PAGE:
As the years creep up on me I think the only way I’m ever going to have children is if I shack up with a woman whose husband has been sent down for murder so I have to help raise her kids.
This lack of children is probably why I’m going to say the most controversial thing you’ll ever read in Fiskal Policy: I don’t understand Elf on the Shelf.
It is an ugly plastic Christmas decoration (I would say toy but children cannot touch it) which – the story goes – is actually one of Father Christmas’s elves and spies on children. Then, while the children are asleep, he reports back to the white bearded big bellied toy maker about whether they have been naughty or nice.
Sinister much? If it was a feature film it would be darker than one of Walt Disney’s Dalmatian coat-making, fair maiden-killing villains.
To keep it light, instead of just sitting on a shelf watching and plotting, many parents these days come up with adventures for the plastic creature and journalists write stories about it.
There are probably even people fighting about it on Mumsnet.
I read somewhere (maybe on the Elf on the Shelf website) that the elf teaches children self-control and I really question whether that’s the case.
Surely teaching children life skills is the responsibility of parents and is something they should learn all year round, not just during the few weeks of the year when a plastic elf is, supposedly, watching their every move.
With this in mind, if I wore a hat (I don’t because it would mess up my hair) I would take it off to parents who have incorporated Elf on the Shelf into their festive traditions, not as a watchful spy but just as an old friend who has come to say hi.
After all, children have had enough to deal with this year without being fearful they will only get a lump of coal at Christmas because they did not finish their dinner on December 8th (especially when you look into the reasons why they didn’t eat it all. From the Elf’s point of view it might seem like a naughty thing to do but the real reason they did not finish is because their Dad had made an inedible tea and they were actually being polite – and nice – by not saying anything about it).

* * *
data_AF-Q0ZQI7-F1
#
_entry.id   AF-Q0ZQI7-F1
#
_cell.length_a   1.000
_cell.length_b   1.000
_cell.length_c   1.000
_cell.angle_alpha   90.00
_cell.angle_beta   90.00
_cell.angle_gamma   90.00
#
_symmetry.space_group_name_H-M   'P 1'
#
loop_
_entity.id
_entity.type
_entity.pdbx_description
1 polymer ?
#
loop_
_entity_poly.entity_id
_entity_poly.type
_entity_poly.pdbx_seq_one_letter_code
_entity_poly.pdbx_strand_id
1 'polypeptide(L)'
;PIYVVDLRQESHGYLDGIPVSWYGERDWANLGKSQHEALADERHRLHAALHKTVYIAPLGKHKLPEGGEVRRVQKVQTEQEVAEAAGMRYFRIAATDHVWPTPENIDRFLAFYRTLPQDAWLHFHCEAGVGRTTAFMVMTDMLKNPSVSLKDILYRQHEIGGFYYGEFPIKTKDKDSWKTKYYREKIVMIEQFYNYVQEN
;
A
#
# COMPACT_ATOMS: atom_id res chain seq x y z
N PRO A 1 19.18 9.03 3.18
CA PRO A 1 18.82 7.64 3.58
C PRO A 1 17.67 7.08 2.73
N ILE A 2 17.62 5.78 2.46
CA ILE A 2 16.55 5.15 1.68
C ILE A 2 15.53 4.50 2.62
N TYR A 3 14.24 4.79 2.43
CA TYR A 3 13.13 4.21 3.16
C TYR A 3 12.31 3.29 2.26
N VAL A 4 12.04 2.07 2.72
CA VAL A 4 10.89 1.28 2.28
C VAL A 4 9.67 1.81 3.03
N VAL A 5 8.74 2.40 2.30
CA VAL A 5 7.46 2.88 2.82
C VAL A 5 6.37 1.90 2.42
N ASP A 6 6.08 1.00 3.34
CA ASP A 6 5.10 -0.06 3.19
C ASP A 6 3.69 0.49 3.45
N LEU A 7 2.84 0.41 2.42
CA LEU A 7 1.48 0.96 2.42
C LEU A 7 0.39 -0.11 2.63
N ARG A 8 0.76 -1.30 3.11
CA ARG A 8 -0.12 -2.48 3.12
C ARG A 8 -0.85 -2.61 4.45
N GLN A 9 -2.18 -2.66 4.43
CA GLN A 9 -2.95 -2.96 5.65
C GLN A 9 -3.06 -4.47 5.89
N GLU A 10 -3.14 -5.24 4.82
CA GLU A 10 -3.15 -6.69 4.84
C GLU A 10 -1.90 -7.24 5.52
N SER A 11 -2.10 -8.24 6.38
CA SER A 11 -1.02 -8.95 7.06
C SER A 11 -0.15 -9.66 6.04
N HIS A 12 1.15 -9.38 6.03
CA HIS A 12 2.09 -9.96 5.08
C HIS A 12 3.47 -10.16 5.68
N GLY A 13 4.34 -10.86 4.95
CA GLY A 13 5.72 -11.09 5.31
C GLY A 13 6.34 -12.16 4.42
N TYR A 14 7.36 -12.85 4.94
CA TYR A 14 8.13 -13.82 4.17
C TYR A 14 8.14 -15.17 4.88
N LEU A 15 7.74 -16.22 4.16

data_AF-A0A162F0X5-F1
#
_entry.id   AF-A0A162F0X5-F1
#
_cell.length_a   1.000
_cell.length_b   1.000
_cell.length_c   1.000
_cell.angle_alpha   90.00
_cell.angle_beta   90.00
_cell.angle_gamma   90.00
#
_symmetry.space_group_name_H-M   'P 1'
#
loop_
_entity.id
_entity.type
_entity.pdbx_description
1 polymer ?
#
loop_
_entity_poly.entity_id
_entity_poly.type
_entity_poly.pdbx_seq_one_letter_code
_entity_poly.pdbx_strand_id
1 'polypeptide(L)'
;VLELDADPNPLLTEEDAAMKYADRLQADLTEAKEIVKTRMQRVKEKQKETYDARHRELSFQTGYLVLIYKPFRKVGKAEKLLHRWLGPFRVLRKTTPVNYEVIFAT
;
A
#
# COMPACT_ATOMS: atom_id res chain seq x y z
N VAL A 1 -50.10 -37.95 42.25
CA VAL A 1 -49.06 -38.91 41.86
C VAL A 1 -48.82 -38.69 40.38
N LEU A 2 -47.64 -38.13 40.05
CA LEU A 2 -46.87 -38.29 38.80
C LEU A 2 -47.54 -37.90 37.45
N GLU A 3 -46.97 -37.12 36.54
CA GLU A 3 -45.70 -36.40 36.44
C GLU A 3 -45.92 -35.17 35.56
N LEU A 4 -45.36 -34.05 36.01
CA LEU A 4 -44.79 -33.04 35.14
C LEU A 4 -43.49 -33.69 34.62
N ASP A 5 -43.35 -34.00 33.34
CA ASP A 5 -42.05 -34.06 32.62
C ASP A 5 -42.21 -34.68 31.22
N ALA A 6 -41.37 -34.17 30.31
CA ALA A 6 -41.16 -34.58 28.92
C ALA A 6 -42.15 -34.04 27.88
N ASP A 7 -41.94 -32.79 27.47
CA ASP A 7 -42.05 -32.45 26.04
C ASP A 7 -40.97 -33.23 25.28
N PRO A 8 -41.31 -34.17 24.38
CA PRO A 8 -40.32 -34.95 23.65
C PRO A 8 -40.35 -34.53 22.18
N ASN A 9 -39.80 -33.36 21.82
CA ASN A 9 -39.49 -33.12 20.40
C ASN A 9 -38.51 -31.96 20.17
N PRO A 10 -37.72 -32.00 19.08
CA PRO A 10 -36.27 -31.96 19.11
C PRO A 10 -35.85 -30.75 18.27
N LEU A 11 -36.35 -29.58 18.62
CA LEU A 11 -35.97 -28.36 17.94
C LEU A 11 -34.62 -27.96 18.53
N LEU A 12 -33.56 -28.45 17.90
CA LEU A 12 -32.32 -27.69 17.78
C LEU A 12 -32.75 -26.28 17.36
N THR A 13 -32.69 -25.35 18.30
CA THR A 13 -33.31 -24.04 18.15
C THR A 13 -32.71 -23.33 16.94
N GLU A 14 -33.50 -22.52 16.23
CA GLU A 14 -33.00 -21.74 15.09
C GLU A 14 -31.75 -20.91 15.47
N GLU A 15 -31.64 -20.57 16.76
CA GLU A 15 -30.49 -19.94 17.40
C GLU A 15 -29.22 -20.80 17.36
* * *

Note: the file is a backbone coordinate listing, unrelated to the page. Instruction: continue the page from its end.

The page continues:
If the function of the Elf becomes simply being an old friend rather than a dastardly spy then maybe the real reason I don’t understand it is because as the years go on Christmas becomes less and less magical.
Instead of childhood wonder and looking forward to fun days ahead it is more a time of looking back and realising you did not achieve the things you had dreamed of when you were young enough to have that sense of wonder.
Nowadays it is worrying about getting fatter and stressing about whether the Christmas presents you’ve bought are going to be liked.
It is thinking with a sense of foreboding about the things to come in life.
But this year yuletide will come after days, weeks and months where many people haven’t seen their families.
So there will be an immense happiness, and that is what we should all focus on – and then embrace 2021 in ways you have only seen in “those” kinds of movies.
After all, after the one you’re reading now there are only two more episodes of Fiskal Policy until the new year – because this is the new way we measure time.
Stay safe for another week!